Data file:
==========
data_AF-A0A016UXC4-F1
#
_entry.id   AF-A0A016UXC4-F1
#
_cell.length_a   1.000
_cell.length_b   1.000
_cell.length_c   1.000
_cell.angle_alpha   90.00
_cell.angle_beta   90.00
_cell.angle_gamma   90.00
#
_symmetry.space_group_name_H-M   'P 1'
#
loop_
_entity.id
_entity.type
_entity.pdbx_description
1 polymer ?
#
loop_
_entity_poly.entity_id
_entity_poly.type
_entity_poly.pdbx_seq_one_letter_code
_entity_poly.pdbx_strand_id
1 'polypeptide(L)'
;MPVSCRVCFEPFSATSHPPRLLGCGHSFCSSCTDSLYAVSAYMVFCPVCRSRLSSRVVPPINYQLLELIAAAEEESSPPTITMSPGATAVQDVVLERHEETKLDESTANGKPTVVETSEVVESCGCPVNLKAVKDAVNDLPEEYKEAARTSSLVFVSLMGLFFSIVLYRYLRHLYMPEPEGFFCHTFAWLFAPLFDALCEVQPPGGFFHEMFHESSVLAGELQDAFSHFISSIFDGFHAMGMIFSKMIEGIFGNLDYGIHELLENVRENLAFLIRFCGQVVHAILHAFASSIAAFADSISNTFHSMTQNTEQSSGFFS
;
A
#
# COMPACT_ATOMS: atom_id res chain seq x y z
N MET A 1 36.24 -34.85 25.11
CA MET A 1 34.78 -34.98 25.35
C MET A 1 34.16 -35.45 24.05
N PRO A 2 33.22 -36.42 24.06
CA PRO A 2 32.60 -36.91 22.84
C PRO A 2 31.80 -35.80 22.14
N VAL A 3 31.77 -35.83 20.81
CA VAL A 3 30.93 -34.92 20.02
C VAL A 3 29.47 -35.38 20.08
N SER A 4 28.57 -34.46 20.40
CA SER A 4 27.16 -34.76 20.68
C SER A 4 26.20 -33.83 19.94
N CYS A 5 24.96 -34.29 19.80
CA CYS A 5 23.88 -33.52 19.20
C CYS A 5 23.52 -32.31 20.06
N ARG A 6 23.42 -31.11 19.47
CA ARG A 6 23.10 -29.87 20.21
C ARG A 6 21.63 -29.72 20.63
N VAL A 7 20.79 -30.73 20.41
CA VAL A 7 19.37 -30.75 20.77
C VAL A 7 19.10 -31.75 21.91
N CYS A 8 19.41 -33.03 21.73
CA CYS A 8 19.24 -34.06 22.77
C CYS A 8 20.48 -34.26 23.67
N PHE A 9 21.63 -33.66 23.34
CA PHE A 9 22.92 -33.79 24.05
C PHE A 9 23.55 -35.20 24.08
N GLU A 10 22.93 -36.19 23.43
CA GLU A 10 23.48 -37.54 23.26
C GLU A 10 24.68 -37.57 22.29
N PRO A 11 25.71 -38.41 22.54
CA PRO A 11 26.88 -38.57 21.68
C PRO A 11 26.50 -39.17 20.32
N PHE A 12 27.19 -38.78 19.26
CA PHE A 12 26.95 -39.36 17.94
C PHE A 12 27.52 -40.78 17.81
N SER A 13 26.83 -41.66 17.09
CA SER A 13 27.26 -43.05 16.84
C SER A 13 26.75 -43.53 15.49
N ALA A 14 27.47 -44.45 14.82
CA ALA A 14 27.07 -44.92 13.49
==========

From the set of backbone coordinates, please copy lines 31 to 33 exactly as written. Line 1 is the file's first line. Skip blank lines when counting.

N MET A 1 36.24 -34.85 25.11
CA MET A 1 34.78 -34.98 25.35
C MET A 1 34.16 -35.45 24.05